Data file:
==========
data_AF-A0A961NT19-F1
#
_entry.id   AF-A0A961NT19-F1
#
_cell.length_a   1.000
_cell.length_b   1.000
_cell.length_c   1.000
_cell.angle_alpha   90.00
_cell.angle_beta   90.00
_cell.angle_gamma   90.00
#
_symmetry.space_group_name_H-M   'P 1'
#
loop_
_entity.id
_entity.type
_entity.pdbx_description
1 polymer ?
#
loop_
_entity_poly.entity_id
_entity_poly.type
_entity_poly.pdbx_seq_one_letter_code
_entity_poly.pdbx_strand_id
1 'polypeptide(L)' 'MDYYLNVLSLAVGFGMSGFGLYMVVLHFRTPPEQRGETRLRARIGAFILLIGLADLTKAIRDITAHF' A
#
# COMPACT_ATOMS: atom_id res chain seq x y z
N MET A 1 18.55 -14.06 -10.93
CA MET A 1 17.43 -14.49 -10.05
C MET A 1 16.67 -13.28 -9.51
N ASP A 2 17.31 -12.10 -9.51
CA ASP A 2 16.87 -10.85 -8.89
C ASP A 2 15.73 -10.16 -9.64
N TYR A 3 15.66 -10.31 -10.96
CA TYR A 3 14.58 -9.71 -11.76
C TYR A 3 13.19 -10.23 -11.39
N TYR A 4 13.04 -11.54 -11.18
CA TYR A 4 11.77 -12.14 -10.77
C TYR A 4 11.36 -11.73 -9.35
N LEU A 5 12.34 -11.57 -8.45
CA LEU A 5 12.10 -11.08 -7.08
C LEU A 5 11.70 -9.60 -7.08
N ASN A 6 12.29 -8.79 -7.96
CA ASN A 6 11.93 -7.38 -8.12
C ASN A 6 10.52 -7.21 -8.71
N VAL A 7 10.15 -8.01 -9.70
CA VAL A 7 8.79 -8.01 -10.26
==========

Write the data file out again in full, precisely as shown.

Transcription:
data_AF-A0A961NT19-F1
#
_entry.id   AF-A0A961NT19-F1
#
_cell.length_a   1.000
_cell.length_b   1.000
_cell.length_c   1.000
_cell.angle_alpha   90.00
_cell.angle_beta   90.00
_cell.angle_gamma   90.00
#
_symmetry.space_group_name_H-M   'P 1'
#
loop_
_entity.id
_entity.type
_entity.pdbx_description
1 polymer ?
#
loop_
_entity_poly.entity_id
_entity_poly.type
_entity_poly.pdbx_seq_one_letter_code
_entity_poly.pdbx_strand_id
1 'polypeptide(L)' 'MDYYLNVLSLAVGFGMSGFGLYMVVLHFRTPPEQRGETRLRARIGAFILLIGLADLTKAIRDITAHF' A
#
# COMPACT_ATOMS: atom_id res chain seq x y z
N MET A 1 18.55 -14.06 -10.93
CA MET A 1 17.43 -14.49 -10.05
C MET A 1 16.67 -13.28 -9.51
N ASP A 2 17.31 -12.10 -9.51
CA ASP A 2 16.87 -10.85 -8.89
C ASP A 2 15.73 -10.16 -9.64
N TYR A 3 15.66 -10.31 -10.96
CA TYR A 3 14.58 -9.71 -11.76
C TYR A 3 13.19 -10.23 -11.39
N TYR A 4 13.04 -11.54 -11.18
CA TYR A 4 11.77 -12.14 -10.77
C TYR A 4 11.36 -11.73 -9.35
N LEU A 5 12.34 -11.57 -8.45
CA LEU A 5 12.10 -11.08 -7.08
C LEU A 5 11.70 -9.60 -7.08
N ASN A 6 12.29 -8.79 -7.96
CA ASN A 6 11.93 -7.38 -8.12
C ASN A 6 10.52 -7.21 -8.71
N VAL A 7 10.15 -8.01 -9.70
CA VAL A 7 8.79 -8.01 -10.26